Print

Shuffling CardsMany people think poker looks far too complicated for them to learn to play, but the reality couldn’t be more different. The basics are incredibly easy to pick up, and with a little bit of practice you will be able to play a confident game. With online poker so readily available, both in free-to-play and real-money options, getting the practice in has never been easier. The advantages of playing poker online are that you can limit yourself to beginner rooms, you can keep a cheat sheet of tips by you while you’re playing, and you’re unlikely to come up against master strategists, meaning you can take the time to learn the rules without having to also think about analyzing bluffs.

There are many different variations of poker, the most popular of which are Texas Hold ‘Em, Omaha and 7 Card Stud. All have the same hand configurations, but the way you draw cards and make those hands is different in each game. We’re going to focus on Texas Hold ‘Em for this beginner’s guide, but Omaha follows the same rules very closely. Here’s a quick guide to the basics.

Hand Configurations

The point of the game is to make the best combination of cards. In Texas Hold ‘Em you have two cards which are kept a secret from your opponents – these are called your hole cards – and five communal cards which are face up in the center of the table and used by everybody. Using these seven cards, you need to make a better five-card poker hand than anyone else. Here are the poker hands in order from best to worst:

Because you have seven cards to use to make the best hand, there’s a slightly better chance of you being able to find a good combination.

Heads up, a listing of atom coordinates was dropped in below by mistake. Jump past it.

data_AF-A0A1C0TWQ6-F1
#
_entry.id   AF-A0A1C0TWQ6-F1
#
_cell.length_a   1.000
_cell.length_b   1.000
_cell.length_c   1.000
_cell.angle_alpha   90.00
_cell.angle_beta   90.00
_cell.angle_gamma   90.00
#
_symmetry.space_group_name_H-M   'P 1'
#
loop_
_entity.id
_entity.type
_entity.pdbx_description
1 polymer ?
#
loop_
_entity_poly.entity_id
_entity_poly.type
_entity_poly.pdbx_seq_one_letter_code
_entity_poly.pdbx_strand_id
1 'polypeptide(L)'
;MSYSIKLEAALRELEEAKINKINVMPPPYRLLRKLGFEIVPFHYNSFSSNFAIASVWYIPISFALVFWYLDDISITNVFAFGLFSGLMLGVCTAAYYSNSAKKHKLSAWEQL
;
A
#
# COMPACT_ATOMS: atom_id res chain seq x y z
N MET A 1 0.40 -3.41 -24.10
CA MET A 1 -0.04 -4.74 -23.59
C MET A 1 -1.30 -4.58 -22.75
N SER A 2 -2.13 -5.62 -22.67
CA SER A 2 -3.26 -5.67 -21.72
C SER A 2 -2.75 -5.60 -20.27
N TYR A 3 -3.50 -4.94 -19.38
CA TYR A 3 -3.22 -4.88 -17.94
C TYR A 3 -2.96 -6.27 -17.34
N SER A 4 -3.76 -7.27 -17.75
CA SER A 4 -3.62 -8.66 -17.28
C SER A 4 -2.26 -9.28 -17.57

Top Tip: After seeing your hole cards, you’ll be asked to ante up or fold. If you don’t have a pair or at least one picture card, it’s best to fold.

Betting Structure

In a game of Texas Hold ‘Em, there are three important roles – big blind, small blind and the dealer. These rotate round the table every hand. The blinds make forced bets regardless of their cards, so that there is always something to win. Big blind makes the minimum bet and small blind is half that. Everyone else then gets a chance to fold (withdraw from the round), place a bet, raise the existing bet.

Top Tip: Be careful going in with an aggressive raise – it might scare everyone else into folding and then, if you so have the best cards, you’ll only win a small pot.

After everyone has bet or folded, the dealer reveals three communal cards in the center of the table. This is known as the Flop. Everyone gets another chance to bet, with the additional option to check – pass on betting – as long as no one has made a bet yet. Then a fourth card – the Turn – and a fifth card – the River – are drawn, with more rounds of betting after each. In total, there are four rounds of betting in Texas Hold ‘Em.

Evaluating the Cards

Building a good hand is not always enough to win you the game. The best poker players can accurately predict what cards their opponents are holding, using a combination of probability, logical deduction, and experience. Because there are five community cards, you can get a good idea of what the other players might be holding. For example, if three or four of the central cards are of the same suit, there’s a good chance someone might have a flush – be on the lookout for how everyone bets as each card is revealed, as it could give you an idea of whether or not that was a helpful card for them.

Bluffing

Knowing when and how to bluff can help you get one over on your opponents. A simple way to get started is by acting the opposite way to the cards that you have. If you’ve gone in on a pot and the flop hasn’t turned up anything useful for you, but its showing the potential for high pairs or a flush, then you might put everyone else off by betting as if you’ve struck gold. Alternatively, if you are pretty sure that your hand is a winner, you want to encourage the other players to keep betting to increase the pot size, and your winnings. So don’t bet like you’re holding the winning hand; limp into pots and pretend to agonize over calling other raises.

Poker is easy to learn, but can take a lifetime to master. Your best options are to choose a variation, familiarize yourself with the rules and the terms, and get plenty of practice.